This is certainly an interesting tactic by Washam in making the allegations public, and some of the comments on a TNT blog post seem to suggest that people are praising him for “transparency”. But here’s the deal: in calling this an “unnamed person’s bogus complaint”, Washam is essentially retaliating against HR’s duty to fully investigate complaints such as this, and by extension belittling the employee in question, who should not be dragged through the mud. EEO allegations need to be taken seriously, and for Washam to not only make a private matter public, but to do so in order to argue about an unrelated matter (namely, the lack of property inspections under his predecessor) goes beyond being in extremely poor taste, it also opens up Pierce County for a big fat lawsuit. I won’t go so far at this moment as to say that Washam needs to be immediately recalled from office, but I’m relatively certain that if he were a county employee rather than an elected official, he would be severely reprimanded if not fired for his handling of the matter.
See also at the TNT.]]>
1) Bringing homemade cookies was a great idea. We were way short of having enough for everyone, but they were quickly gobbled up by our fellow-Democrat neighbors, and I heard many commenting on how cool it was to bring something to share. I’m sure we didn’t sway any votes, but that really wasn’t the point. Hopefully we’ve planted a seed, and we’ll see more “snacks to share” next time around. (Granted, if my positive thoughts of a Democratic win in November come to fruition, attendance should be much smaller in 2012…)
2) Shouldn’t Calvin Goings been at his own caucus instead of traveling from location-to-location to press palms?]]>
I’m attaching below a copy of the letter I sent to Sen. Cantwell, Sen. Murray, and Rep. Norm Dicks, and encourage you to contact them as well. Congress.org has some great tools for contacting your state and federal representatives, so you might consider using that. I sent a differently-edited version to the TNT as a letter to the editor.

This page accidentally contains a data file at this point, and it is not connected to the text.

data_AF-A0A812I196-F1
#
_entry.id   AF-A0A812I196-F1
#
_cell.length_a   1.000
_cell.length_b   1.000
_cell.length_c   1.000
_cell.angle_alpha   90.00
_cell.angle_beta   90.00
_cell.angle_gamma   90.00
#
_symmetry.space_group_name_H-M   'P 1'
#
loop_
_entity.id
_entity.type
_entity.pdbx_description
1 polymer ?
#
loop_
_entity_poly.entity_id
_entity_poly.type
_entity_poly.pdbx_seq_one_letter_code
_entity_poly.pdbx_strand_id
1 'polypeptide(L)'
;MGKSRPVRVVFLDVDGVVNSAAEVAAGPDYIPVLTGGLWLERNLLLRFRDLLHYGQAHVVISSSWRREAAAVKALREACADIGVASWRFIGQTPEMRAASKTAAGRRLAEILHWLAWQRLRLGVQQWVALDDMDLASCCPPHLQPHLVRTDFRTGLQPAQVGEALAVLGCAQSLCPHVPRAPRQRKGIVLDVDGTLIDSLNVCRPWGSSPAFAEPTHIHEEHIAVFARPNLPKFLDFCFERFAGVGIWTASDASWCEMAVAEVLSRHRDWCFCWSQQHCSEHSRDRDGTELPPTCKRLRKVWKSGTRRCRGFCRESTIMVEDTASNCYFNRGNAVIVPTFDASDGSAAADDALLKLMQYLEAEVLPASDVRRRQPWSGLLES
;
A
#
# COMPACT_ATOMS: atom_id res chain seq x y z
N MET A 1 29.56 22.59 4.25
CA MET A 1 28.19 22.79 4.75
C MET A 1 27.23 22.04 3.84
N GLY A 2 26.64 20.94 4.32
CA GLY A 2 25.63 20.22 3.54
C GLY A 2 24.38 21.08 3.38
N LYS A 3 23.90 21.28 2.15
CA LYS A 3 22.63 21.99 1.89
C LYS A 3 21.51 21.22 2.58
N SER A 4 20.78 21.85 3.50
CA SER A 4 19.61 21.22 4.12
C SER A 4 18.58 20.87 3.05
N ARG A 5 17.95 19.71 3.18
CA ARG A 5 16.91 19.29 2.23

Dear (insert appropriate dignitary name here),
The Democrats of our state spoke resoundingly at their precinct caucuses on Saturday in support of Barack Obama for the presidential nomination by a ratio of nearly 2-to-1. This margin essentially transcended geography, and with a few exceptions held in nearly every county throughout the states.
I am aware that you, as my elected representative, have a superdelegate vote at the national level that is not beholden to any vote of the people, and that you have stated that they are endorsing Hillary Clinton. I respect your decision, and feel that Senator Clinton would be an excellent president.
There is a significant chance that at the national convention that the delegates elected by and representing the people of our country, via the primaries and caucuses, will pledge their votes in favor of Senator Obama, only to have the nomination decided for Senator Clinton on the shoulders of the nearly-800 superdelegates whose votes represent only themselves. This would essentially snub the grassroots of the Democratic party, and unnecessarily create division and frustration within the rank-and-file in a time when people are genuinely excited about participating in the political process.
I respect the right of the Democratic party to control their nominating process, and your right as a part of that process. I would hope, however, that if there is a chance your vote could swing the tally away from the nominee favored by the electorate, you would carefully consider the will of your constituents against your own preference.
These people represent us in Congress, so it is our right to ask them to represent us now.]]>